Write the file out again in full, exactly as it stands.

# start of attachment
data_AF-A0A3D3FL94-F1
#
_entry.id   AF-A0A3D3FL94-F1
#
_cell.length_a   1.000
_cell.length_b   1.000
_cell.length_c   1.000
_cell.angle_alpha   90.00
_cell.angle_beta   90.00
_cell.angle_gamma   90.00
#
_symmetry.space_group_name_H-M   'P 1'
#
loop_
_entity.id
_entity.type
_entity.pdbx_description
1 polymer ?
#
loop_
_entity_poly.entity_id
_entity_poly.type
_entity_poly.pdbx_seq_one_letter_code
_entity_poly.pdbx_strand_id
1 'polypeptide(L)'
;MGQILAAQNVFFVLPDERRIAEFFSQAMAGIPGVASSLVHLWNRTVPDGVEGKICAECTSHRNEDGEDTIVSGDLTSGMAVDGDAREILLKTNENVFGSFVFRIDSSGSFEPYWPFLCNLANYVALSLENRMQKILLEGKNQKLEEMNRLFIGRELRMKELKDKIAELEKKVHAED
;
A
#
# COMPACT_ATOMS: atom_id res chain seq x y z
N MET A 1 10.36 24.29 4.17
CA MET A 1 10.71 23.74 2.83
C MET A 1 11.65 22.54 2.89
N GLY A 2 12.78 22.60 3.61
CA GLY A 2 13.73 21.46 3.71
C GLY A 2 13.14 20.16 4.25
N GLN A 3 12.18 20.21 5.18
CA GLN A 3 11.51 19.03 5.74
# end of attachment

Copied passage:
data_AF-A0A3D3FL94-F1
#
_entry.id   AF-A0A3D3FL94-F1
#
_cell.length_a   1.000
_cell.length_b   1.000
_cell.length_c   1.000
_cell.angle_alpha   90.00
_cell.angle_beta   90.00
_cell.angle_gamma   90.00
#
_symmetry.space_group_name_H-M   'P 1'
#
loop_
_entity.id
_entity.type
_entity.pdbx_description
1 polymer ?
#
loop_
_entity_poly.entity_id
_entity_poly.type
_entity_poly.pdbx_seq_one_letter_code
_entity_poly.pdbx_strand_id
1 'polypeptide(L)'
;MGQILAAQNVFFVLPDERRIAEFFSQAMAGIPGVASSLVHLWNRTVPDGVEGKICAECTSHRNEDGEDTIVSGDLTSGMAVDGDAREILLKTNENVFGSFVFRIDSSGSFEPYWPFLCNLANYVALSLENRMQKILLEGKNQKLEEMNRLFIGRELRMKELKDKIAELEKKVHAED
;
A
#
# COMPACT_ATOMS: atom_id res chain seq x y z
N MET A 1 10.36 24.29 4.17
CA MET A 1 10.71 23.74 2.83
C MET A 1 11.65 22.54 2.89
N GLY A 2 12.78 22.60 3.61
CA GLY A 2 13.73 21.46 3.71
C GLY A 2 13.14 20.16 4.25
N GLN A 3 12.18 20.21 5.18
CA GLN A 3 11.51 19.03 5.74